William Dafoe as Vincent van Gogh – a misunderstood artist who was way ahead of his time. At Eternity’s Gate review, brought to you by AboutFlick’s Mr T.
Director: Julian Schnabel
Review: At Eternity’s Gate offers a look at the final years of Vincent van Gogh, much of which was spent in the southern France countryside. The director tries to get a glimpse into the mind of the genius and perfectly illustrates his inner turmoil, as well as the profound philosophies which inspired him. The artist’s problems with mental illness are well-documented and quite a few biopics have been made on this topic, though most end up glorifying him. This film, on the other hand, seeks to humanize the legend and his struggles to fit in a society which was not very receptive of his talent or ideologies.
Though some would argue that Willem Dafoe shouldn’t have been cast in a role to play someone 25 years his junior, they should watch the movie first. He demonstrates that age is just a number and effortlessly slips into the character of a man passionately in love with nature. From what we can see from his self-portraits, he appears to be a splitting image of van Gogh. A lack of dialogue is not a hindrance to an actor of Dafoe’s calibre and some of the film’s best moments are when Dafoe lets his eyes do the talking as he stares at the horizon pondering over the meaning of life. I think this is one of his finest performances, even better than his work in The Last Temptation of Christ, Platoon or The Florida Project.
Rupert Friend, however, is insufferable as Vincent’s brother Theo, and the stiff dialogue or absence of any expressions doesn’t do him any favours. Oscar Isaac is one of my favourite actors, but here he’s presented as a stereotypical hypocrite, one of the film’s rare misfires. Mads Mikkelsen shares a brief and poignant moment with Vincent before the film draws to a close. The scene is very important since it provides a peek into van Gogh’s psyche and how he views the world around him.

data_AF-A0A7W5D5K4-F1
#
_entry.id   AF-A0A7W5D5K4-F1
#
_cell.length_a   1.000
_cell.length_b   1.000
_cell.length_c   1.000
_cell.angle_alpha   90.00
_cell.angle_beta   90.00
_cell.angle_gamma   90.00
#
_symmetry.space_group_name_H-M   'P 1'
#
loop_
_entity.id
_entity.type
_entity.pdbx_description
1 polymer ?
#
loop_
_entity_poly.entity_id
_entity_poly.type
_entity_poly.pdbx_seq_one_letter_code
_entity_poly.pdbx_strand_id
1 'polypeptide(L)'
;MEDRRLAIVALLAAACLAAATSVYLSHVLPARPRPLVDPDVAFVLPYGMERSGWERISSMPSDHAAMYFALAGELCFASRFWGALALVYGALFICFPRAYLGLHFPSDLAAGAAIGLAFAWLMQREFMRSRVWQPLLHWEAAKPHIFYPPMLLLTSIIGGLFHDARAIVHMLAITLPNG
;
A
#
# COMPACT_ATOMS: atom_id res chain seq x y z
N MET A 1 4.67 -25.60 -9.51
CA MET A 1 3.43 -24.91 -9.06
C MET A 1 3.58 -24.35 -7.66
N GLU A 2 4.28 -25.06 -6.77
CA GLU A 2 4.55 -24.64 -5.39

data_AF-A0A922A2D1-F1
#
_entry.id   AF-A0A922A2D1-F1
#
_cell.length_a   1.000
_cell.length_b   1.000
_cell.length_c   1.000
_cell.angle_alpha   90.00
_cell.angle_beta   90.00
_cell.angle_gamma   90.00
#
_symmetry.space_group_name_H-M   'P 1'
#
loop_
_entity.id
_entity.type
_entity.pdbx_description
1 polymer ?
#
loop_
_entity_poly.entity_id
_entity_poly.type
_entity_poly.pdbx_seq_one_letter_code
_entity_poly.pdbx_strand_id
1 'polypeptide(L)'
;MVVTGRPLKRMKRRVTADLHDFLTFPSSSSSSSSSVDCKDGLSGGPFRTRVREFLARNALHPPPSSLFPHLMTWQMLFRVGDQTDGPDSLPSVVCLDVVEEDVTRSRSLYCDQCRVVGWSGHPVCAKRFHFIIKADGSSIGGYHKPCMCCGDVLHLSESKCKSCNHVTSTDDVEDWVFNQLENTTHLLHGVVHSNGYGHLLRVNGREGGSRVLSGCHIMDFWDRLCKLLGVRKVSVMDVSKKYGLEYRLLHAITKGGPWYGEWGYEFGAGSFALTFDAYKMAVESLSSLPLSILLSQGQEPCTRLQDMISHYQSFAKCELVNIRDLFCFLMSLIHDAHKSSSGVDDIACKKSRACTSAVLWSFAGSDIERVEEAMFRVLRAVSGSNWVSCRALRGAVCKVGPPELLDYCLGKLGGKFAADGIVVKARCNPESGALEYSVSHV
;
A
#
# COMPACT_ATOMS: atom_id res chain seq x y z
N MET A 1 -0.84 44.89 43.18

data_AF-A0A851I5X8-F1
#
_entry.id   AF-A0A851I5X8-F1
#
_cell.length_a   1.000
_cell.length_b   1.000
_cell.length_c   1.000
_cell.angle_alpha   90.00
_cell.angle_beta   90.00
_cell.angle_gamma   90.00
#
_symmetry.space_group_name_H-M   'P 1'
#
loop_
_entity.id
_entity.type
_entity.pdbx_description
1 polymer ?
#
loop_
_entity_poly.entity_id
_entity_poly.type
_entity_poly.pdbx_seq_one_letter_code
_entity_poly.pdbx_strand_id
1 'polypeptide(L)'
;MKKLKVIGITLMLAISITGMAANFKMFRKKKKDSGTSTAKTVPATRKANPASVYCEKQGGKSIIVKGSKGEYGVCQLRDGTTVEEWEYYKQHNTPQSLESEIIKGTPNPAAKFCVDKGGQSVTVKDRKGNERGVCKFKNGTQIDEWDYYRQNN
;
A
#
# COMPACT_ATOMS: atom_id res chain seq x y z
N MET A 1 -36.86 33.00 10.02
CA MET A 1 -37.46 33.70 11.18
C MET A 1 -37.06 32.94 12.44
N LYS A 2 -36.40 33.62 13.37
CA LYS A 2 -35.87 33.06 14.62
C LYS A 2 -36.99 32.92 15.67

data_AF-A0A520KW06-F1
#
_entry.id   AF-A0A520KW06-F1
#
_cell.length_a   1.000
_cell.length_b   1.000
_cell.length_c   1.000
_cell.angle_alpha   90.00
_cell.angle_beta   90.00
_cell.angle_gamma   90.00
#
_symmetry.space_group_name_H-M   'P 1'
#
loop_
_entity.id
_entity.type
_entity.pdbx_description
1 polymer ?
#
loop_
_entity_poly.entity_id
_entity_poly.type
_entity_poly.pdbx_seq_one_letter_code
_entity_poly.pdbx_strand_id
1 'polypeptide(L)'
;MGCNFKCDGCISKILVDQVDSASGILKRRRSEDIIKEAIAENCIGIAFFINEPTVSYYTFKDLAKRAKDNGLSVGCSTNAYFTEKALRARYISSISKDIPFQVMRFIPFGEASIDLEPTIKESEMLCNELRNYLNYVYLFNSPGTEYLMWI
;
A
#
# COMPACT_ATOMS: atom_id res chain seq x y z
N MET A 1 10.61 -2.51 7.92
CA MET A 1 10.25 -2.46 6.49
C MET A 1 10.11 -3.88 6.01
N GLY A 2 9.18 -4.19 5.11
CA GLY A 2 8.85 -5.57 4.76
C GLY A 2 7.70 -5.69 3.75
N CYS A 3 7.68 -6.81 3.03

At Eternity’s Gate never bothers itself with clichéd storytelling found in conventional biopics. In contrast, it is essentially a treatise on the quest for existence. Although the dialogue is frankly not very good, the cinematography is exceptional. The close-up shots of Dafoe flawlessly capture the inner turmoil experienced by the awestruck Vincent as he looks longingly at the vast landscapes before him. Director Julian Schnabel and cinematographer Benoît Delhomme channel their inner Ansel Adams, filling the frame with beautiful imagery of nature that ultimately transforms the film into something much more than an average biopic.
Rating: My rating is 4/5.
Who should watch this: People who enjoy well-crafted biopics on artists are really going to enjoy At Eternity’s Gate. Also check out Loving Vincent (2017), Shine (1996), Frida (2002) and Pollock (2000).